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OCD Sucks!: But your life doesn't have to Kindle Edition - Free @ Amazon
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OCD Sucks!: But your life doesn't have to Kindle Edition - Free @ Amazon

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Posted 11th Jan

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OCD Sucks! is a book about the author's experience with OCD. It was written to provide a transparent look into what the symptoms of OCD look like, along with ways to really "get in the ring" with OCD and throw a few well-placed punches.

The methods contained within are based on sound research and tweaked based on over 20 years experience with the disorder. It's not your standard self-help book or memoir, mainly because it has more than a few expletives. It also provides entertaining metaphors, analogies, and anecdotes.

If you have OCD, then the intent of this book is to provide the following:

1. Very clear ways to deal with any type of OCD
2. An understanding of what OCD is and what it isn't
3. The knowledge that you are not alone
4. A transparent look into the life of someone with the disorder
5. Hope that you can take steps to minimize the impact has on your life significantly
6. A comical look into how OCD truly operates

If you don't have OCD, this book will:

1. Provide you with a greater understanding of what OCD truly is
2. Help you understand what people with the disorder go through on a daily basis
3. Provide a comical view of what OCD looks like

Sit back, relax, and get ready to read about living with OCD.


Product details

  • Format: Kindle Edition
  • File Size: 203 KB
  • Print Length: 37 pages
  • Page Numbers Source ISBN: 1521414548
  • Simultaneous Device Usage: Unlimited

  • Sold by: Amazon Media EU S.à r.l.
  • Language: English
  • ASIN: B017FIWTMQ
  • Text-to-Speech Enabled
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Top comments
OCD of collecting books on Amazon kindle that you never get time to read
It does suck to have OCD. I have it and my sister has it. I can't find any genetic correlation though.

The general public doesn't understand OCD, they think it's about being tidy or maybe it's about a fear of germs. The term "I have a bit of OCD" exemplifies the misunderstood nature of the condition.

OCD is an anxiety disorder related to distorted thinking. This thinking manifest's itself generally towards the individual's worst fears. The thinking can become that disorded and paranoid that it can at times resemble psychosis to an untrained eye. OCD manifests itself beyond the individual, it becomes a problem/issue for the individual's family and friends. They find it hard to empathize because they don't understand the way the person is thinking.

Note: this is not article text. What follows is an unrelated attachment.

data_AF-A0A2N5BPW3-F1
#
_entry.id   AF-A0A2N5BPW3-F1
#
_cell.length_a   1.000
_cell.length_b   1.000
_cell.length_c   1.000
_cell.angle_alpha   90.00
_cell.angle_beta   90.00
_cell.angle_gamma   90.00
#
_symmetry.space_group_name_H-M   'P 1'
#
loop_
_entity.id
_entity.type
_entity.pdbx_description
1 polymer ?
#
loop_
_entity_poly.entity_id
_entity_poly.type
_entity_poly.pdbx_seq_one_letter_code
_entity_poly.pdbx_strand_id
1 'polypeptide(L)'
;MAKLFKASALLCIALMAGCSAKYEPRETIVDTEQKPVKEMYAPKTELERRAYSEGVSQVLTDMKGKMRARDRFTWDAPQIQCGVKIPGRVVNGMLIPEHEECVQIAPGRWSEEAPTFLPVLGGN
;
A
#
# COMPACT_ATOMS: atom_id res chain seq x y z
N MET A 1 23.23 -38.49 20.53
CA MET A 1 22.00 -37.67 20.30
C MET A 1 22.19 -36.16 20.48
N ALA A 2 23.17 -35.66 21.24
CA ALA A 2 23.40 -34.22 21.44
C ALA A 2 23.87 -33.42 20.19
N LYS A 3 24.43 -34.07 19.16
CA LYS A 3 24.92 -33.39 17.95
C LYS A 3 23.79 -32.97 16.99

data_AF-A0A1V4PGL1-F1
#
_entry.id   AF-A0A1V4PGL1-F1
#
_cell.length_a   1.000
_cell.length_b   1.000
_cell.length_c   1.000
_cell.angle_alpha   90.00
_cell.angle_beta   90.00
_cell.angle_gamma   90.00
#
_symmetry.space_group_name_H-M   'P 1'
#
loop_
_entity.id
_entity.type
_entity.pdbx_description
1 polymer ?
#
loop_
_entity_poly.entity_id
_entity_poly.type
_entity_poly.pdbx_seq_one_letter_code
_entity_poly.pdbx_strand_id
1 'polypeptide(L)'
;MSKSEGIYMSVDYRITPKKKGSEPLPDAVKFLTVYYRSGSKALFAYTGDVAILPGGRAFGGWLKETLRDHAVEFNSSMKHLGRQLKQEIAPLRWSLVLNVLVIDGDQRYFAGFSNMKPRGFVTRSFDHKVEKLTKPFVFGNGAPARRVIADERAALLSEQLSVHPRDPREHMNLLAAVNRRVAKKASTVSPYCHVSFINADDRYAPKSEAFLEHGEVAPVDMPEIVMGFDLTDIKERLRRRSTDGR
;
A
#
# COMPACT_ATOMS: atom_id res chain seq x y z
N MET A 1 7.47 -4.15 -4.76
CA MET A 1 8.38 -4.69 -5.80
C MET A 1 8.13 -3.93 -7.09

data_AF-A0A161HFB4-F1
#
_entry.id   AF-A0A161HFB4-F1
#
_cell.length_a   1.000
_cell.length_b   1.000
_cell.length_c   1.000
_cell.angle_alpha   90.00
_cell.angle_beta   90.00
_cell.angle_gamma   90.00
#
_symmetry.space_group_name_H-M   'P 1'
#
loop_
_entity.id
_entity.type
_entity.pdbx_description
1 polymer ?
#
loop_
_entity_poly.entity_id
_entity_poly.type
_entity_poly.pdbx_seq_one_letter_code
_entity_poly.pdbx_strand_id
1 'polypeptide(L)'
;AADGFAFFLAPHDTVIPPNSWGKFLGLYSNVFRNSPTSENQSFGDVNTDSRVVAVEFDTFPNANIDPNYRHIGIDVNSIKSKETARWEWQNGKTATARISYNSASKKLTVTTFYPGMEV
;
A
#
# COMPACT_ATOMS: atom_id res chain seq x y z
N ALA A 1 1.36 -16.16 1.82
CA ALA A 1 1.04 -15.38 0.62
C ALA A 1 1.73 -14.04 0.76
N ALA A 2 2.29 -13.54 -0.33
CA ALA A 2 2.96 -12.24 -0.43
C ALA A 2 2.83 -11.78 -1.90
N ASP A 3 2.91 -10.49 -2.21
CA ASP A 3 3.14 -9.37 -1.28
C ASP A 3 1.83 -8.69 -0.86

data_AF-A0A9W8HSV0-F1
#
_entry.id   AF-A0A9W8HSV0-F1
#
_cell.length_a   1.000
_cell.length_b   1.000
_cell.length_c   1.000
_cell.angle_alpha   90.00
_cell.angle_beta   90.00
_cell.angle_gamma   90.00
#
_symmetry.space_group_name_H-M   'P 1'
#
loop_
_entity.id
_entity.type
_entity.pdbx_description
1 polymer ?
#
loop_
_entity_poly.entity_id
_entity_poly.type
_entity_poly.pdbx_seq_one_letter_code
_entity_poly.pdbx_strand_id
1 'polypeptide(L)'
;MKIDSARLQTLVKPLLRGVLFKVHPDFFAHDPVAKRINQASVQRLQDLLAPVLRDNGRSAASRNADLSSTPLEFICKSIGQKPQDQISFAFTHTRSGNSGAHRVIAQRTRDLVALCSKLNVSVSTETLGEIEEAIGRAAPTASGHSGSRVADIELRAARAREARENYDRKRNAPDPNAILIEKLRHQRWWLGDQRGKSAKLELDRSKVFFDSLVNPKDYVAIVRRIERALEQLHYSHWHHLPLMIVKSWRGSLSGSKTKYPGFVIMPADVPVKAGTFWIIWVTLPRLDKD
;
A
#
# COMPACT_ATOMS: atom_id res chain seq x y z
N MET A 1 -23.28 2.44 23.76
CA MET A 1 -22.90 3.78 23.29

This article described how a person with OCD thinks >

psychologytoday.com/us/…ink

Even with overwhelming proof that a thought is not true a person with OCD will find it extremely difficult to believe the thoughts are not true. They often understand the thoughts aren't true but they can't not respond to the thoughts for the fear that however small the chance they maybe true.

I hope you when you all read this thread you take more away with you than flippant comedic remarks, which in themselves are relatively benign, and you start to get an idea of how others think and perceive the world. OCD reveals an uncomfortable truth, that often we just like to ignore things that cause us to feel uncomfortable, a person with OCD has no option to do this.

This article below doesn't relate to OCD but to a broader picture of how feeling uncomfortable is a taboo in our society and we must do everything we can do avoid the feelings and what happens when we do >

bbc.co.uk/new…901
Edited by: "fishmaster" 12th Jan
Heat! Useful for any genuine hukd member..
16 Comments
Heat! Useful for any genuine hukd member..
OCD of collecting books on Amazon kindle that you never get time to read
pwel11/01/2020 17:52

Heat! Useful for any genuine hukd member..


The Sucks shouldn't be capitalized.
td0s11/01/2020 21:47

The Sucks shouldn't be capitalized.


That's a bit OCD isn't it?
zeridian11/01/2020 22:30

That's a bit OCD isn't it?


No. There's no such thing as "being a bit OCD".
It does suck to have OCD. I have it and my sister has it. I can't find any genetic correlation though.

The general public doesn't understand OCD, they think it's about being tidy or maybe it's about a fear of germs. The term "I have a bit of OCD" exemplifies the misunderstood nature of the condition.